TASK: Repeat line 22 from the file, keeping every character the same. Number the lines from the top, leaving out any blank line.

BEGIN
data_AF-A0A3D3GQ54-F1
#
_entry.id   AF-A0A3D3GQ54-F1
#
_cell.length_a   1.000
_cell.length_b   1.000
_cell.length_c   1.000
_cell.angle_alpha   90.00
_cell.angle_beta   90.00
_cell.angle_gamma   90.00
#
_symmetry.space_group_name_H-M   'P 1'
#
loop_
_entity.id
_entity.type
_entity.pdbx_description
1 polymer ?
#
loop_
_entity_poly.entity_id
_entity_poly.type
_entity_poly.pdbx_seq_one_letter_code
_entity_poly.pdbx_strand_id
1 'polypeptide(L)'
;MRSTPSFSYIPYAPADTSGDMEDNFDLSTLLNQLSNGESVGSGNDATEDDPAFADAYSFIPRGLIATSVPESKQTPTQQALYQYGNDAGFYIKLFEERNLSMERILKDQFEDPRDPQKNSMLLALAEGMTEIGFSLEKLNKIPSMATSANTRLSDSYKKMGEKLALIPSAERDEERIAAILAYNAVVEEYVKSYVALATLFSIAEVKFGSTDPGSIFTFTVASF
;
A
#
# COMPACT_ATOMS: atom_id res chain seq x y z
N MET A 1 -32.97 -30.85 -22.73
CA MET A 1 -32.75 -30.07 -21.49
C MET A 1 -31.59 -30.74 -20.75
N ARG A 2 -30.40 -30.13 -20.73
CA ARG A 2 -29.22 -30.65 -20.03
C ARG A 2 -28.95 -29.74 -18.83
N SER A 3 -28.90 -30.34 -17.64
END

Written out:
_entity_poly.type